Deception, edginess shown in ‘Hill House’


“The Haunting of Hill House,” a new show on Netflix, has become successful in its first few weeks, and has rejuvenated the feeling of terror this generation of TV shows and movies are meant to have.

The series begins with the Crain family in the newly famous Hill House and their plan to flip the estate and make money off selling it at the end of the summer. What they weren’t expecting was how quick living in the house would change to surviving in the house.

The show switches from past to present in the lives of the Crains, and how they are ultimately forced to return to Hill House to face the ghosts lurking in the shadows. The family must pay attention to each member for the fear that tragedy might strike, as it happens numerous times from the beginning of the series.

There is no single protagonist, for the entire season is carried by each family member’s fears, insecurities and sinister actions, which the house feeds off of while the family is living there after their stay.

Nell Crain, the youngest of the five Crain children, becomes haunted early on by a terrifying “Bent-Neck Lady” who never seems to leave Nell’s sight. This spirit seems to be the seed that grew into Nell suffering from sleep paralysis, which makes her the most vulnerable of the five.

Luke Crain, Nell’s twin, struggles with a heroin addiction throughout most of the show, likely stemming from his childhood trauma in the house. His big heart and curious mind led him to encounter spirits like Abigail and William Hill, aka the “Floating/Bowler Hat Man.”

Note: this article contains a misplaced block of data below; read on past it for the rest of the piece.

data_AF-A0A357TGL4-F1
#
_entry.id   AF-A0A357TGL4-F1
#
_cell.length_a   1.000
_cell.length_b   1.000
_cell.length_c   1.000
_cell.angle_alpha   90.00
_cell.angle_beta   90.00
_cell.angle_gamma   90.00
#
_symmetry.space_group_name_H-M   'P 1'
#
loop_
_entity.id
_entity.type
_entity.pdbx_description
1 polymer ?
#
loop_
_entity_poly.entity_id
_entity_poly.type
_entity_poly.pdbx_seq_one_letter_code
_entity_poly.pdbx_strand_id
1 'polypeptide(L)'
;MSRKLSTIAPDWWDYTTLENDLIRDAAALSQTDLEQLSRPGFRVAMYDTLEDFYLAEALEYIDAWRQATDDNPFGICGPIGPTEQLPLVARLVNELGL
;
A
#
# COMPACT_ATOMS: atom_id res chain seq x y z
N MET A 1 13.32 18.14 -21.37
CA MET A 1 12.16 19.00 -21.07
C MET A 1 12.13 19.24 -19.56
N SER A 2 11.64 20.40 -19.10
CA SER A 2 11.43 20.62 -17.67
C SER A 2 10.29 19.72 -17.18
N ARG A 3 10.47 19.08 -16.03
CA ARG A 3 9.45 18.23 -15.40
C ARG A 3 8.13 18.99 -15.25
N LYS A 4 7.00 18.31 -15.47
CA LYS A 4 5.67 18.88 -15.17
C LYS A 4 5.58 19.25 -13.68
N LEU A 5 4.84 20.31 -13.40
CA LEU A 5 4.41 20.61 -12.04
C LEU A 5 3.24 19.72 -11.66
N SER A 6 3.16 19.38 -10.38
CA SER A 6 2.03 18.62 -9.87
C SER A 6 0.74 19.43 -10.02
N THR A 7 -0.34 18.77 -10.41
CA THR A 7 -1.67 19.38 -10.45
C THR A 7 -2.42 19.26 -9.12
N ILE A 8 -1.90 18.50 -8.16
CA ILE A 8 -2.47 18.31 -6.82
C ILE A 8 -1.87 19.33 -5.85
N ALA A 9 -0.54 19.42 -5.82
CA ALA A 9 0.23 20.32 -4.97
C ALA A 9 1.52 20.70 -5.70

The next in line is the middle sibling, Theodora Crain, who from the beginning of the show has a sensitivity to anything that meets her skin, more so her hands, which is why she wears gloves for a majority of the show. Theo uses her gift as an upper hand when helping troubled children during her day job as a psychiatrist.

Shirley Crain, the oldest sister, doesn’t have any encounters with ghosts or have special gifts while in Hill House. However, the trauma she experienced while trying to find herself during her stay eventually led to her owning a funeral home and becoming an opinionated, control freak, perfectionist adult.

Lastly, the oldest sibling, Steve Crain, holds the role of “protective big brother” in the series. He grows up to become a novelist, writing about paranormal activities around the country, and his family’s experience in Hill House. Ironically, little Stevie denies the validity of hauntings and ghosts, resulting in blood being shed between him and the other Crain siblings.

Olivia and Hugh Crain, the parents of the family, exert love, compassion and security towards their family, something Hill House lacks and is not fit to have. Their marriage and sanity are put to the test multiple times in the show, resulting in a gradual death in the end.

A must watch from beginning to end, “The Haunting of Hill House” takes some time before putting its audience on edge, but allows the anticipation to build up before unfolding the truth and deception. Unlike the Red Room, which feasted on the Crain family’s fear, this show will leave you hungry for more.

4 out of 5 stars (4 / 5)